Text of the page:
January 2006 News

Musharraf floats joint management plan for Kashmir

9 January 2006
The Dawn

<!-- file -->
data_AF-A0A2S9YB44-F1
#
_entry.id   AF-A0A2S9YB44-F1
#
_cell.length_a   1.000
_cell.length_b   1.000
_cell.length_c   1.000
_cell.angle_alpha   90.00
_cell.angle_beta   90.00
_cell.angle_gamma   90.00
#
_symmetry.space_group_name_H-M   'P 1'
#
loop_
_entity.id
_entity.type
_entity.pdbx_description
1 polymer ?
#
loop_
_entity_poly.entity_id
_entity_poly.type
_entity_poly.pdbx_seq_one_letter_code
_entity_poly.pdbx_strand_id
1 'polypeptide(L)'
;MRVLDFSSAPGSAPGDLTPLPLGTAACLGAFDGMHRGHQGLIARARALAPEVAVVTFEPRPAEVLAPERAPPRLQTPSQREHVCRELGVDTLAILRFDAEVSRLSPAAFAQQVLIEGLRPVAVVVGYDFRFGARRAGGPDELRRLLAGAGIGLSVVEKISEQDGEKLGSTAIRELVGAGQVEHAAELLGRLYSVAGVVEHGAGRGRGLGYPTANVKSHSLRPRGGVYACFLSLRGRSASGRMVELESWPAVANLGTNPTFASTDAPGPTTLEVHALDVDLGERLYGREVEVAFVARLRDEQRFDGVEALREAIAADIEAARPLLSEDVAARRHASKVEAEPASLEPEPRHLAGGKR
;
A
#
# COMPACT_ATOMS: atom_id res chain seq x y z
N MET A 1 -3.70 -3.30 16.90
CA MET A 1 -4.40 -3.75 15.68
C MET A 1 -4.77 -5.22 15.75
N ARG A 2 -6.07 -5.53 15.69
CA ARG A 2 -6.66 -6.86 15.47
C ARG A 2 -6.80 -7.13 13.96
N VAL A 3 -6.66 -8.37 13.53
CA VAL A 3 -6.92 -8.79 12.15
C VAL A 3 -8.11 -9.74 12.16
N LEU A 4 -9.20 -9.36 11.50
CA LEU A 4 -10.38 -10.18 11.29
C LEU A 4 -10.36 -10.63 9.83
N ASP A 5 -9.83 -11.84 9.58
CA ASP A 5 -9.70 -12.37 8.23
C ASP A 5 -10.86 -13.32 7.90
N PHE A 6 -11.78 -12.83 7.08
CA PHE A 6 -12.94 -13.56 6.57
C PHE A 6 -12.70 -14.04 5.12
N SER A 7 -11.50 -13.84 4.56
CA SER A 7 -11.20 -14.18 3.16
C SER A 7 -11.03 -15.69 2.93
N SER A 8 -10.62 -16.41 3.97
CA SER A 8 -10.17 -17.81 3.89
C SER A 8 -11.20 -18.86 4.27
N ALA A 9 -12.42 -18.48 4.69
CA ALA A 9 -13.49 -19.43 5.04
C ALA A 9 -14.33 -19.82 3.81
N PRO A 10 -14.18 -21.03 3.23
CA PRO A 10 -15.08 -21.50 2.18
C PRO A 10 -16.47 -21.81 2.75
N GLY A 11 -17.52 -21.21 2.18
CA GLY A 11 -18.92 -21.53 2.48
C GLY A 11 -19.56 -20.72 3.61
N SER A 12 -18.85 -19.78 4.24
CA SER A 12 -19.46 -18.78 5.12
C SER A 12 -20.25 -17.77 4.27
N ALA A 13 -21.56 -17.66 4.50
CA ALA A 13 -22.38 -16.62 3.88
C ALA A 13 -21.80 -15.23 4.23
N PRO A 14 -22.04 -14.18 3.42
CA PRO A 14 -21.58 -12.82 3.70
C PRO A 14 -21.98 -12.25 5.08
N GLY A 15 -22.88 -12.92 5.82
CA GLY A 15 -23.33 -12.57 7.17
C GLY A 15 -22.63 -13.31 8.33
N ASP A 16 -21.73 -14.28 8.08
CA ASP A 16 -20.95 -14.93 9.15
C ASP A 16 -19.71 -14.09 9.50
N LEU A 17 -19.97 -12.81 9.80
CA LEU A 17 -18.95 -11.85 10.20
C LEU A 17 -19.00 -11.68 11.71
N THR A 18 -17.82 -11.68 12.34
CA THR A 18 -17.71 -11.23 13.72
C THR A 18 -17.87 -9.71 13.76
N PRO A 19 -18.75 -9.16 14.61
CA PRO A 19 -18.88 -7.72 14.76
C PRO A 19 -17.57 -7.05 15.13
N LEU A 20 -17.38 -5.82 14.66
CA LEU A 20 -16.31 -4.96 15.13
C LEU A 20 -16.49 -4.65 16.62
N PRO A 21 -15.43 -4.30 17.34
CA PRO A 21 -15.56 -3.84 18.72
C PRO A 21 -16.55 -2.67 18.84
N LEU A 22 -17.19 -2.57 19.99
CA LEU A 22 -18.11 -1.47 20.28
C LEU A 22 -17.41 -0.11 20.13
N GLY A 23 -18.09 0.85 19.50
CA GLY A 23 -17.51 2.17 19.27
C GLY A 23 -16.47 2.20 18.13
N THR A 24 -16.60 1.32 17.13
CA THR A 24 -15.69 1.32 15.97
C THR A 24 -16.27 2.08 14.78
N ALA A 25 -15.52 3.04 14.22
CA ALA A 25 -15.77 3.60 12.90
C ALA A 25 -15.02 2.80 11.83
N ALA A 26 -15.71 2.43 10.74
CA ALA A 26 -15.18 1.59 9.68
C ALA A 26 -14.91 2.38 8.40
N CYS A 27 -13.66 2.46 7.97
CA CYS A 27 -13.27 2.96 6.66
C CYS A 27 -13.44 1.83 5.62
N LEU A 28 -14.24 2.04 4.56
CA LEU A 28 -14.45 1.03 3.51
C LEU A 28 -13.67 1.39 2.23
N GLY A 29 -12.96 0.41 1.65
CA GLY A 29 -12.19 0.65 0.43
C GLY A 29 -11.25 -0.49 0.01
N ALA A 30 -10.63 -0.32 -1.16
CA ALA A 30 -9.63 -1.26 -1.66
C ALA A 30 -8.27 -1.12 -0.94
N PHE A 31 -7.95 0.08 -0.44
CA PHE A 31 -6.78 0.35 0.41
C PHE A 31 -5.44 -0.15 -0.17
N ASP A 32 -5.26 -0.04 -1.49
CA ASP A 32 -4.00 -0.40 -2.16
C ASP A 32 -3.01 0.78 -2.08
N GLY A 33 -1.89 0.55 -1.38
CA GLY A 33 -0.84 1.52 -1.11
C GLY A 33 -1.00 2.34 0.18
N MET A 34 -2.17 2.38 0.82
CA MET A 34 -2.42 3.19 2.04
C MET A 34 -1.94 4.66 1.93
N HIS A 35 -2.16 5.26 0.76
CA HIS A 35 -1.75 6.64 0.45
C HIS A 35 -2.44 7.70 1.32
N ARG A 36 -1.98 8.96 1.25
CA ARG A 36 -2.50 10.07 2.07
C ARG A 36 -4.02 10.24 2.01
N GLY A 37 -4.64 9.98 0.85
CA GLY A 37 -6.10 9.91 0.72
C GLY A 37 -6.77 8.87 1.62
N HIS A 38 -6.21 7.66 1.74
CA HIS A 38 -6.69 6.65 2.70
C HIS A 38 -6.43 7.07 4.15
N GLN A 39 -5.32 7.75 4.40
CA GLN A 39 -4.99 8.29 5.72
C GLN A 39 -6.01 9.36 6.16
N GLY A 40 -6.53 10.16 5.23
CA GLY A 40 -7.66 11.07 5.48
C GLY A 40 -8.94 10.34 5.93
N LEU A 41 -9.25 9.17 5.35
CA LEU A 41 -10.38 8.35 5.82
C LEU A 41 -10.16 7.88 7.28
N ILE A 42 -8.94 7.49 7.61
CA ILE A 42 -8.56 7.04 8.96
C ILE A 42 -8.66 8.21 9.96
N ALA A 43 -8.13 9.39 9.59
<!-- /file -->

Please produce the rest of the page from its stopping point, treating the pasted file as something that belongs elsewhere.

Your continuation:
New Delhi: President Gen Pervez Musharraf has proposed a joint management by India and Pakistan for the disputed region of Jammu and Kashmir, a move that would leave both countries with reduced sovereignty over the territories they now control. Gen Musharraf told CNN-IBN news channel in an interview staggered over three days ending on Monday that he had discussed this and other related ideas with the Indian leadership, while back-channel interlocutors and diplomatic resources were also tapped to engage New Delhi in the discussions. He was disappointed at the lack of any response. Gen Musharraf said he did not agree with India’s claim that there already was self-governance in the held Kashmir, and claimed that “most of the people don’t accept the Indian government in Kashmir… If India believed there was self-governance, we keep sticking to this position, we will never move forward because we do not agree. Therefore, if you want to move forward, we have to leave stated positions.”  He explained that his concept of self-governance “falls in between autonomy and independence.” The exact details and intricacies of it need to be worked out. “I am there to propose a strategy and idea. Now the tactics and the modalities of what is self-governance need to be worked out.” International experts or even representatives from India, Pakistan and Kashmir could be involved in defining the scope of self-governance. Asked to flesh out his idea of self-governance, Gen Musharraf said it would involve bringing both sides of the disputed region under a joint India-Pakistan management. That would guarantee self-governance for Kashmir. “Joint management would be a solution which we need to go into. Now I know that I am treading in very sensitive areas. And I know that the Indian government would comment on it that I give ideas through the media. Unfortunately, I also give these ideas always to the leadership also,” Gen Musharraf said. “I believe in confidentiality. I believe that things should be covered till we move forward. But unfortunately a year has passed and we still keep things under wraps. We don’t come out openly. I don’t go along with this kind of strategy or theory. A time has to come when leadership on both sides have to come out in the open and discuss ideas.” Giving a clue to his idea of joint management, Gen Musharraf said “We need to have a system where the Kashmiris, the Pakistanis, the Indians are involved in monitoring the self- governance that we evolve. There have to be subjects which Musharraf floats joint management plan are devolved, there have to be some subjects retained for the joint management.” Asked to comment on the quantum of sovereignty that both countries would retain  and part with over Kashmir if his idea of joint management were to be implemented, Gen Musharraf said “That sovereignty is reduced. Okay. That sovereignty gets reduced because when we give self-governance that sovereignty that you are talking off, in a sense you are saying certainly gets reduced. Yes, I agree with it.”  He had been “passing these ideas on to the Indian government, to the Indian leadership, directly, indirectly, through back channels and through all kind of channels,” Gen Musharraf said. He denied Indian claims that some of these ideas  were merely mentioned by Prime Minister Shaukat Aziz but never got around to being discussed officially. “This is absolutely wrong. Let this not be said again by anyone. Whoever has been involved in this knows that I am speaking the truth that we have given these ideas. My disappointment is that I would like the confidentiality to remain but my disappointment is that months and years are passing and we are not moving ahead,” Gen Musharraf said. Asked if these ideas were discussed with Indian Prime Minister Manmohan Singh in New York, Gen Musharraf  said yes. It was then that Gen Musharraf offered the idea on demilitarisation which was rejected by India on Saturday. This proposal too was not new but one that was made to the Indian leadership earlier, he said. “Let me propose it here that let us take three important towns of the Valley, Srinagar, Kupwara and Baramulla. Let all military move out of these cities to the outskirts and we ensure that there is no militancy inside. Pakistan will be with the Indian government, with the Kashmiris to ensure that there is total peace and tranquillity within these three cities. Look at the comfort that will come to the people. It does not need any constitutional amendment. It does not need anything. It just needs an administrative order.”

 

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